The concept of 'margins' denotes geographical, economic, demographic, cultural and political positioning in relation to a perceived centre. This book aims to question the term 'marginal' itself, to hear the voices talking 'across' borders and not only to or through an English centre. The first part of the book examines debates on the political and poetic choice of language, drawing attention to significant differences between the Irish and Scottish strategies. It includes a discussion of the complicated dynamic of woman and nation by Aileen Christianson, which explores the work of twentieth-century Scottish and Irish women writers. The book also explores masculinities in both English and Scottish writing from Berthold Schoene, which deploys sexual difference as a means of testing postcolonial theorizing. A different perspective on the notion of marginality is offered by addressing 'Englishness' in relation to 'migrant' writing in prose concerned with India and England after Independence. The second part of the book focuses on a wide range of new poetry to question simplified margin/centre relations. It discusses a historicising perspective on the work of cultural studies and its responses to the relationship between ethnicity and second-generation Irish musicians from Sean Campbell. The comparison of contemporary Irish and Scottish fiction which identifies similarities and differences in recent developments is also considered. In each instance the writers take on the task of examining and assessing points of connection and diversity across a particular body of work, while moving away from contrasts which focus on an English 'norm'.
spaces overlap and compete; and a chapter by Peter Childs which offers a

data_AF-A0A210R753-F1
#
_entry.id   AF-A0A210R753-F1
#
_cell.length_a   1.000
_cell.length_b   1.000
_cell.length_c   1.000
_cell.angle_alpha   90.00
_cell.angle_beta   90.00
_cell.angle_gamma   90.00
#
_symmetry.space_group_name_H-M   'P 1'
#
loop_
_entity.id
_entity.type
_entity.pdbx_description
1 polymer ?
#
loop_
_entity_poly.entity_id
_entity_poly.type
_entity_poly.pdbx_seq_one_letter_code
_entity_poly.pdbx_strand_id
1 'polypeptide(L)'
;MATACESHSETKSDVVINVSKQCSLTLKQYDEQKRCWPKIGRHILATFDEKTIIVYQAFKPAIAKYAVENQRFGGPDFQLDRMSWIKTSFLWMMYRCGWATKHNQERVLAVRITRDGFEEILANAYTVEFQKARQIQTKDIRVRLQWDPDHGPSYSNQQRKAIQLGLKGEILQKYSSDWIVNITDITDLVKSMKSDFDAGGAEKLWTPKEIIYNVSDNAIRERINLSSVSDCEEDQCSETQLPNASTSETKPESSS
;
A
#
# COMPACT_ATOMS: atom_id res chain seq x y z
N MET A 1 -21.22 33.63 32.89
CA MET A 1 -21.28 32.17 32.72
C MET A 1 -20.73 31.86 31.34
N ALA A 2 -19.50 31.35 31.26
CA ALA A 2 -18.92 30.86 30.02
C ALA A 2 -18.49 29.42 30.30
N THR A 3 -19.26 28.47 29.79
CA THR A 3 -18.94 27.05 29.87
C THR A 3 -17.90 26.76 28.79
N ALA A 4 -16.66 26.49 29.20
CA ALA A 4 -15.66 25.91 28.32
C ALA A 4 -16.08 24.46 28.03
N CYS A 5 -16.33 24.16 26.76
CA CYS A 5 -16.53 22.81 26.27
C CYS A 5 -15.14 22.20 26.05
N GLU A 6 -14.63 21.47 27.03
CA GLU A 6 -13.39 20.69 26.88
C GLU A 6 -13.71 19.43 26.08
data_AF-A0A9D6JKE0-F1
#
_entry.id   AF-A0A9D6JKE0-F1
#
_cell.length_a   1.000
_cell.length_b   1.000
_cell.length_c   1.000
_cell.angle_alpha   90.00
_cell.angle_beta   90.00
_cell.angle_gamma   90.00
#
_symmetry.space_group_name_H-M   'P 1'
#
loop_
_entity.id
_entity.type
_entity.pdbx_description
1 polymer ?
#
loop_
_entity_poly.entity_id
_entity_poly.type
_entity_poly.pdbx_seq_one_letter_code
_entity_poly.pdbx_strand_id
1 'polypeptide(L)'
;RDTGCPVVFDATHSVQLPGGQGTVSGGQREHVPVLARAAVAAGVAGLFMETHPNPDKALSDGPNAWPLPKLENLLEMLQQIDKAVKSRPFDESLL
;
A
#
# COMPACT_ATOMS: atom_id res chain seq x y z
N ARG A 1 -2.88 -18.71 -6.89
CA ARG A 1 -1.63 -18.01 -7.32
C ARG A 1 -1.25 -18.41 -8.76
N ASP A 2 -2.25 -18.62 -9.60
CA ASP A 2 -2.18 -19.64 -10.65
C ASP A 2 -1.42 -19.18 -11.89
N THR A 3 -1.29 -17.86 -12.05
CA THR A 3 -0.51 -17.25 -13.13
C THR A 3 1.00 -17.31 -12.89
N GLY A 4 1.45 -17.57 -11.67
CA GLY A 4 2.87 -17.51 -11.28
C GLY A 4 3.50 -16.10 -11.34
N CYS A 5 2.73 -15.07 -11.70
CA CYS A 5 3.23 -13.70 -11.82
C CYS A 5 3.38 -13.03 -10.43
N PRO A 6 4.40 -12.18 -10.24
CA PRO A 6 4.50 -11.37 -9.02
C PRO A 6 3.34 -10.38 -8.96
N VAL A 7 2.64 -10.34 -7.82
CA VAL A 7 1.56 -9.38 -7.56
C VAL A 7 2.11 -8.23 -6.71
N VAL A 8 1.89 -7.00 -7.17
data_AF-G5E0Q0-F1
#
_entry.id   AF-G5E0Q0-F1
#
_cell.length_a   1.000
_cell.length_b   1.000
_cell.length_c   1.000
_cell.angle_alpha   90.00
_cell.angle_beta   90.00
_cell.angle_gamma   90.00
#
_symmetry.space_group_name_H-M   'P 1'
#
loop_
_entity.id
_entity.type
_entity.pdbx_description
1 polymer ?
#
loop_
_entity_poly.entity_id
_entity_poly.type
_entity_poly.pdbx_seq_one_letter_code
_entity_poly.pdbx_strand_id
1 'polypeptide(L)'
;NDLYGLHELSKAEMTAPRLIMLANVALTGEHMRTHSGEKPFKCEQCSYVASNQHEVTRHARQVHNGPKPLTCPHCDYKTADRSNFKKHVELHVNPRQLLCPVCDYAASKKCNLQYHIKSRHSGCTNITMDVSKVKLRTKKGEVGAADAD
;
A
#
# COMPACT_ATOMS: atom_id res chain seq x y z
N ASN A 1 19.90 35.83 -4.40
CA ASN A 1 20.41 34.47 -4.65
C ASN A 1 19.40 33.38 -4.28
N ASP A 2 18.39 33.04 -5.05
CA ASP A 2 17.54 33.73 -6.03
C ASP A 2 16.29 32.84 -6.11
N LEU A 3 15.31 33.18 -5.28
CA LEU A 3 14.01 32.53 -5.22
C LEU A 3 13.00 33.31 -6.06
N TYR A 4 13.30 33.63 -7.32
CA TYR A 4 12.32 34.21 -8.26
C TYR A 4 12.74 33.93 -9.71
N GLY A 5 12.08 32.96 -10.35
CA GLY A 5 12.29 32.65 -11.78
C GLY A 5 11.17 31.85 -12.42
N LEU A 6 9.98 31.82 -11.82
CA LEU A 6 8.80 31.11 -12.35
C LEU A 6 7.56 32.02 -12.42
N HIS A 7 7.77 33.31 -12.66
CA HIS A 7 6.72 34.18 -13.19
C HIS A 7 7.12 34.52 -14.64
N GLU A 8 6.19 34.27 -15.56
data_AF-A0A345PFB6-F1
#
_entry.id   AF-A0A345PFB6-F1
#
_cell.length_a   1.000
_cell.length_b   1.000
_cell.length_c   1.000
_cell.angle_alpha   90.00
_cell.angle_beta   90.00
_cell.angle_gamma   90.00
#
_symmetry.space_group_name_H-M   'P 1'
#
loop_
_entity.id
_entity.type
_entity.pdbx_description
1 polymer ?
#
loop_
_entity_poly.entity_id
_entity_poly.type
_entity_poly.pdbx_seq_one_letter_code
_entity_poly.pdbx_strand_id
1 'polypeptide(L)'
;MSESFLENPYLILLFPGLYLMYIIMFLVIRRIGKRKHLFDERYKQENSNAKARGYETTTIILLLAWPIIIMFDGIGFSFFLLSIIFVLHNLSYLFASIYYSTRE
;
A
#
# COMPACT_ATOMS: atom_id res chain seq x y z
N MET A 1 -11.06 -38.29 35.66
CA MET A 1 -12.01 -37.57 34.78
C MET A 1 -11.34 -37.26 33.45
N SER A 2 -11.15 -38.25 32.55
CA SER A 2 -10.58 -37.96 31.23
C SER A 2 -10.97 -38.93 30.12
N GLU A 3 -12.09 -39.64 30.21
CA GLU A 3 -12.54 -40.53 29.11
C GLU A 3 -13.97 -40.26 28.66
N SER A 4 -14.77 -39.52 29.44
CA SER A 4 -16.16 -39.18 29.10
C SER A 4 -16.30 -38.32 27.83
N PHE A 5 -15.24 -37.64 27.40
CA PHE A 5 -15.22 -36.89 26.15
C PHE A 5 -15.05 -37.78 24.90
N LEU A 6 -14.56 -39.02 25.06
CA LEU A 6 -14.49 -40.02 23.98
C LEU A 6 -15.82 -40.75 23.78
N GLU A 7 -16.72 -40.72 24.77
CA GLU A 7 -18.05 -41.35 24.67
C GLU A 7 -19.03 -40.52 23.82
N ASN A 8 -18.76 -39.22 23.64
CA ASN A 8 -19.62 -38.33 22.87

different perspective on the notion of marginality by addressing ‘Englishness’ in relation to ‘migrant’ writing in prose concerned with India and
England after Independence. In each case specific intersections of
identity are used to explore the wider configurations of space and self. In
this section we also include an essay by Colin Graham which offers a
mediation on the broader critical implications of postcolonial theory
through analysis of its application in a specific context. Taking the
Stories of Courage for a Better World ) – indicates a conviction that stories can change the world. Anche Superman era un rifugiato is brought into schools for students to read, demonstrating a belief in how the collection's stories can accomplish something and that literature shapes our reality.
An Italian anthology of migration literature from 2010 also bears a subtitle that suggests literature influences the world: Rondini e ronde: Scritti migranti per volare alto sul razzismo ( Swallows and patrols: Migrantwriting in order to fly above